Catholic Culture Overview
Catholic Culture Overview

The Meaning of Excommunication in the Tradition of the Catholic Church

by Bishop Thomas J. Paprocki


Most Reverend Thomas John Paprocki, Bishop of Springfield, Illinois, delivered this speech, at the 33rd annual Chesterton Conference of the American Chesterton Society at the University of Saint Mary of the Lake in Mundelein, Illinois on August 1, 2014. Bishop Paprocki is Adjunct Professor of Law at Loyola University Chicago School of Law. He is a member of the United States Conference of Catholic Bishops’ Committee on Canonical Affairs and Church Governance as well as the Ad Hoc Committee on Religious Liberty.

Publisher & Date

Diocese of Springfield, Ill, August 1, 2014

It is good to be with your for the 33rd Annual Chesterton Conference of the American Chesterton Society. It is here at the University of Saint Mary of the Lake that I formally studied theology and here in the Main Chapel of Mundelein Seminary that I was ordained a deacon and a priest, so it is also good to be back at my alma mater, the locus of my theological education and entrance into the ordained ministry.

The letter from Richard Aleman inviting me to be the keynote speaker said that the theme of the 2014 conference would be the “democracy of the dead,” which is taken from Chesterton’s book, Orthodoxy. As Chesterton writes, “Tradition means giving votes to the most obscure of all classes, our ancestors.”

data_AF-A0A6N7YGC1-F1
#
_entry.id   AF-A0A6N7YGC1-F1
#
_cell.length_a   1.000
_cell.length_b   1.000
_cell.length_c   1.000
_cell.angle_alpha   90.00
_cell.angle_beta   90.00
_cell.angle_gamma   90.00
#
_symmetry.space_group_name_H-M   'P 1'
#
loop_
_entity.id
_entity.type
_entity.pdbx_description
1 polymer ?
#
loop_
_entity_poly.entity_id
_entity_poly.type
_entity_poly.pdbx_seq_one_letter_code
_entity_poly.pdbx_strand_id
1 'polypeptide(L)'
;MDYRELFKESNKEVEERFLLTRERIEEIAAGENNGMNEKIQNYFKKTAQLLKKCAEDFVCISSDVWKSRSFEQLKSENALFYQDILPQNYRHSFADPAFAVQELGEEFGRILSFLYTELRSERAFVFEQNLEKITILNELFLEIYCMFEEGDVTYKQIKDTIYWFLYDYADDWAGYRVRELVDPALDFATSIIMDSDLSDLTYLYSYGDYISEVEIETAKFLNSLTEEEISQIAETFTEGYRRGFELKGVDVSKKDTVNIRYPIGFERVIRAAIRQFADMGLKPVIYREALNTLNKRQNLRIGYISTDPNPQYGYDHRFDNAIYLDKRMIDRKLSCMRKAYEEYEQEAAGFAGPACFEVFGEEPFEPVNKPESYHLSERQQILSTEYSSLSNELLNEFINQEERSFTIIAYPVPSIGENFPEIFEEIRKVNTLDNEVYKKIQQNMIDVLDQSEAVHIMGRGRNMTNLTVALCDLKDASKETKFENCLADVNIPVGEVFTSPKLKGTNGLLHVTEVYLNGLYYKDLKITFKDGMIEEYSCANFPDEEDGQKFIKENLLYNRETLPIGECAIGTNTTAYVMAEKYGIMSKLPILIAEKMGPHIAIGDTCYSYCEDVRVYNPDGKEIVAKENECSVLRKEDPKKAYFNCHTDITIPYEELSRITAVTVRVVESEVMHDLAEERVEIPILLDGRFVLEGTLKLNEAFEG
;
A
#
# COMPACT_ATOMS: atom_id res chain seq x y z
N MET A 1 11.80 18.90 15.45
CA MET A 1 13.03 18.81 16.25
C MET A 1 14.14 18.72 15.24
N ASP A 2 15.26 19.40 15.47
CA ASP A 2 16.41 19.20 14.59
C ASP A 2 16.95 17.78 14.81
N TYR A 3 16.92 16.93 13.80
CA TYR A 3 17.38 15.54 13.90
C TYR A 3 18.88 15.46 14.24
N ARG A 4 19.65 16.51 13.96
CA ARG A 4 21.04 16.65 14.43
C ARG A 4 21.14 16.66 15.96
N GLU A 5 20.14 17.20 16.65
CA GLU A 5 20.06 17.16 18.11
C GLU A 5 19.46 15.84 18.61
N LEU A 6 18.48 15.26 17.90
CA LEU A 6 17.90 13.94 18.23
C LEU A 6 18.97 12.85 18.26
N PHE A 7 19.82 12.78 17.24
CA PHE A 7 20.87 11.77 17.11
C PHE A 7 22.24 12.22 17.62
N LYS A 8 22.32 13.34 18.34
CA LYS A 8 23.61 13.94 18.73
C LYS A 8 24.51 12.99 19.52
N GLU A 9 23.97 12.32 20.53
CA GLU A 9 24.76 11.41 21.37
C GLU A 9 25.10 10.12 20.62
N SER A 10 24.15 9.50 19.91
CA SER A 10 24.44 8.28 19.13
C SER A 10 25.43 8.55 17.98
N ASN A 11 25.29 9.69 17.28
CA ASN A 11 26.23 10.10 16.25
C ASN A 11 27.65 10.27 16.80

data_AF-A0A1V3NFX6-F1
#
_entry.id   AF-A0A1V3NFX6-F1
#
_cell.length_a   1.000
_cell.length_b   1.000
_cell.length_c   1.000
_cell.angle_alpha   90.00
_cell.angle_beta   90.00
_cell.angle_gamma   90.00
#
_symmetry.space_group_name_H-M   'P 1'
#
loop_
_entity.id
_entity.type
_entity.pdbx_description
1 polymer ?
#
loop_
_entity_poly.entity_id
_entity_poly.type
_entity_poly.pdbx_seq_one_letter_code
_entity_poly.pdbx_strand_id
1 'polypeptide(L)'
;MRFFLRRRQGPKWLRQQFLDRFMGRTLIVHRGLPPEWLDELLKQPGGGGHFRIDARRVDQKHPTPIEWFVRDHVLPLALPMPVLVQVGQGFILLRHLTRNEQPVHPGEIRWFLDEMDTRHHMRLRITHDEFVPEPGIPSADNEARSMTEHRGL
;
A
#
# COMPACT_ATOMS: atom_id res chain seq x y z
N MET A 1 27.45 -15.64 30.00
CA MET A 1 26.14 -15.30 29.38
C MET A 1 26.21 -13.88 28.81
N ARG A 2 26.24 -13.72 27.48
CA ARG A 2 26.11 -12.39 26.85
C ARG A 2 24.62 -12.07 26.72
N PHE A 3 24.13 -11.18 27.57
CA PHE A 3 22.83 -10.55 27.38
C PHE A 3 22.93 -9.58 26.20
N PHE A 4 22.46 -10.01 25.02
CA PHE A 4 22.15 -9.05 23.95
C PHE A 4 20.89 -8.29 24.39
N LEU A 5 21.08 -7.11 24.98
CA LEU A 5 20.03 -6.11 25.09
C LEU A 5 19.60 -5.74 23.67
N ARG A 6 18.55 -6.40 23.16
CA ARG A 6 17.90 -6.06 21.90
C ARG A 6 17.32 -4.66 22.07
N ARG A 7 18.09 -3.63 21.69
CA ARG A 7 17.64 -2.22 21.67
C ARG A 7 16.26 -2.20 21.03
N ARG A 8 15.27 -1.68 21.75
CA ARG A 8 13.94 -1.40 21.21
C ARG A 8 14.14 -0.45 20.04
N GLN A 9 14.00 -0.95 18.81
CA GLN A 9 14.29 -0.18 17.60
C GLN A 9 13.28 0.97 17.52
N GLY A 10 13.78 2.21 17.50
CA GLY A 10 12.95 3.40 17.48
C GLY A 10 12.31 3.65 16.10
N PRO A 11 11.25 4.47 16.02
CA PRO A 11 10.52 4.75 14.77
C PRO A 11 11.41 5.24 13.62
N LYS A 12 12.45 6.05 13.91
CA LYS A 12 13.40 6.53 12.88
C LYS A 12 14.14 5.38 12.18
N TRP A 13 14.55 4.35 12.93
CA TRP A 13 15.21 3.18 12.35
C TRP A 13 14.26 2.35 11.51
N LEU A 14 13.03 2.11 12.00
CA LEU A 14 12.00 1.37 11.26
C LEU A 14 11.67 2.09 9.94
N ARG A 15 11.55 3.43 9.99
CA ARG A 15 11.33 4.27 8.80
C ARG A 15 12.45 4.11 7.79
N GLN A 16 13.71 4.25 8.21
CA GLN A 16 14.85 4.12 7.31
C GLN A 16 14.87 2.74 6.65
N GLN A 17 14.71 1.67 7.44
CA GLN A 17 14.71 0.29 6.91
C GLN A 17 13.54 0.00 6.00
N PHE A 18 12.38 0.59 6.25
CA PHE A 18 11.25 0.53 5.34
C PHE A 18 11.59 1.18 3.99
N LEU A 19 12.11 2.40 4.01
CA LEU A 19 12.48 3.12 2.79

Now as someone who grew up on the south side of Chicago, I have to admit that the “democracy of the dead” and “giving votes to our ancestors” has a long tradition in the Windy City, but maybe not exactly in the same manner that Chesterton had in mind! After all, in a city whose favorite political slogan is “vote early and vote often,” it might be said that many of our civic officials have been more than willing to extend the right of suffrage to their ancestors now residing in our local cemeteries!

Reading a bit further into Chesterton’s explanation of the “democracy of the dead,” I see that he has something much more sublime in mind: “Tradition refuses to submit to the small and arrogant oligarchy of those who merely happen to be walking about. . . . Democracy tells us not to neglect a good man’s opinion, even if he is our groom; tradition tells us not to neglect a good man’s opinion, even if he is our father.”

Of course, Tradition, with a capital “T,” has an exalted place as one of the primary sources of our Catholic faith, along with Sacred Scripture, the Word of God. Thus it is that I wish to address in this keynote address a topic closely related to Tradition, namely, the meaning of Excommunication in the Tradition of the Catholic Church, since the primary purpose of excommunication is to preserve the integrity of the Catholic community of faith, not only the faithful who are alive today, but also the faithful who have gone before us, and to respect those who are now participants in the “democracy of the dead.”